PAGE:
15. Personnel Accountability for Non-COOP Incidents | Department of Energy

      Office of Energy Efficiency and Renewable Energy (EERE) (indexed site)

      Personnel Accountability for Non-COOP Incidents Personnel Accountability for Non-COOP Incidents This document establishes reporting requirements for non-COOP incidents. Personnel Accountability for Non-COOP Incidents (1.26 MB) Responsible Contacts Bruce Murray HR Policy Advisor E-mail bruce.murray@hq.doe.gov Phone 202-586-3372 More Documents & Publications Inspection Report: IG-0784 Audit Report: DOE-OIG-16-16 Audit Report: IG-0845

    16. Decontamination and decommissioning of the Argonne Thermal Source Reactor at Argonne National Laboratory - East project final report.

      SciTech Connect

      Fellhauer, C.; Garlock, G.; Mathiesen, J.

      1998-12-02

      The ATSR D&D Project was directed toward the following goals: (1) Removal of radioactive and hazardous materials associated with the ATSR Reactor facility; (2) Decontamination of the ATSR Reactor facility to unrestricted use levels; and (3)Documentation of all project activities affecting quality (i.e., waste packaging, instrument calibration, audit results, and personnel exposure). These goals had been set in order to eliminate the radiological and hazardous safety concerns inherent in the ATSR Reactor facility and to allow, upon completion of the project, unescorted and unmonitored access to the area. The reactor aluminum, reactor lead, graphite piles in room E-111, and the contaminated concrete in room E-102 were the primary areas of concern. NES, Incorporated (Danbury, CT) characterized the ATSR Reactor facility from January to March 1998. The characterization identified a total of thirteen radionuclides, with a total activity of 64.84 mCi (2.4 GBq). The primary radionuclides of concern were Co{sup 60}, Eu{sup 152}, Cs{sup 137}, and U{sup 238}. No additional radionuclides were identified during the D&D of the facility. The highest dose rates observed during the project were associated with the reactor tank and shield tank. Contact radiation levels of 30 mrem/hr (0.3 mSv/hr) were measured on reactor internals during dismantlement of the reactor. A level of 3 mrem/hr (0.03 mSv/hr) was observed in a small area (hot spot) in room E-102. DOE Order 5480.2A establishes the maximum whole body exposure for occupational workers at 5 rem/yr (50 mSv/yr); the administrative limit at ANL-E is 1 rem/yr (10 mSv/yr).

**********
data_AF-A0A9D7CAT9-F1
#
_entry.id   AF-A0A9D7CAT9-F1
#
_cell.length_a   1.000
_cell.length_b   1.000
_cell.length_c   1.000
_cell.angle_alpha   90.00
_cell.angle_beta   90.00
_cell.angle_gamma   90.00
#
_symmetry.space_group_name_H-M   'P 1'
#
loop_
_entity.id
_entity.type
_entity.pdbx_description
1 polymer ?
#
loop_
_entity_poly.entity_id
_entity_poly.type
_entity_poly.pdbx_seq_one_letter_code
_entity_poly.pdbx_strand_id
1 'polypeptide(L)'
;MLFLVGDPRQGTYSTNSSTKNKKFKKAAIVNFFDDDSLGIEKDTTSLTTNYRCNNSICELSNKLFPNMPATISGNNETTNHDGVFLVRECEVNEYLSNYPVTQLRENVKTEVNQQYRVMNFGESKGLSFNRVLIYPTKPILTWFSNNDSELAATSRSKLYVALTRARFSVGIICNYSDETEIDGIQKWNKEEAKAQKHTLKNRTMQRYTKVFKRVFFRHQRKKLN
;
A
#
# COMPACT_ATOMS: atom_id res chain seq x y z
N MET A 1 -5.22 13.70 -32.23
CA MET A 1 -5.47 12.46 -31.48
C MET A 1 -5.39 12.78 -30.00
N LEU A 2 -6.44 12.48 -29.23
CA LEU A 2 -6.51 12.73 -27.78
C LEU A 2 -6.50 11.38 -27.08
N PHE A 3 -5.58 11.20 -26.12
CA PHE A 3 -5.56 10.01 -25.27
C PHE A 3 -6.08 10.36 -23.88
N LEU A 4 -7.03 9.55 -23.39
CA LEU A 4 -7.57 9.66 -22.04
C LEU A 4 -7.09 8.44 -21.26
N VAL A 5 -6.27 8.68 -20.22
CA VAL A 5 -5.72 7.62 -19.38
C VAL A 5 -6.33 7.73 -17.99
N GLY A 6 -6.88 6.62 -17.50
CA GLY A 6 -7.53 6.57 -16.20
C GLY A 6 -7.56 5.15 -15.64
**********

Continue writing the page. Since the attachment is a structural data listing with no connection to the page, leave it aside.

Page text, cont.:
17. Chimneys: Keep 'em Clean... and Closed | Department of Energy

      Energy Saver

      Chief Information Officer (WFP) Chief Information Officer (WFP) The purpose of the workforce Plan is to provide focus and direction to Human Resources (HR) strategy. This will enable the agency to have the right number of people with the right competencies in the right positions at the right time to successfully achieve agency's business objectives today and in the future. OCIO Workforce Plan (157.95 KB) Strategic Focus Points (37.78 KB) Responsible Contacts Thomas Wheeler Director, Workforce

    18. Energy and Water Development Appropriations Bill, 1996. Introduced in the House of Representatives, One Hundred Fourth Congress, First Session, June 20, 1995

      SciTech Connect

      1995-12-31

      The report addresses H.R. 1905 a bill making appropriations for energy and water development for the fiscal year ending September 30, 1996. The bill supplies funds for water resources development programs and related activities of the Dept. of Army, Civil Functions - U.S. Army Corps of Engineers Civil Works Program, the Department of Interior`s Bureau of Reclamation, and for certain Department of Energy`s energy research activities. The report includes comments on various programs.

    19. H. R. 4526: a bill to authorize appropriations for the Department of Energy for national security programs for fiscal year 1987 and fiscal year 1988, and for other purposes. Introduced in the House of Representatives, Ninety-Ninth Congress, Second Session, April 8, 1986

      SciTech Connect

      Not Available

      1986-01-01

      The National Security Programs Authorization Act for Fiscal Years 1987 and 1988 (H.R. 4526) appropriates funds for DOE operating expenses in carrying out national security programs, which includes scientific research and development in support of the Armed Forces, strategic and critical materials necessary for defense, and military applications of nuclear energy and related management and support activities. Title I designates appropriates for specific projects. Title II states general provisions relating to reprogramming, limits on construction projects, and procedures for fund transfers.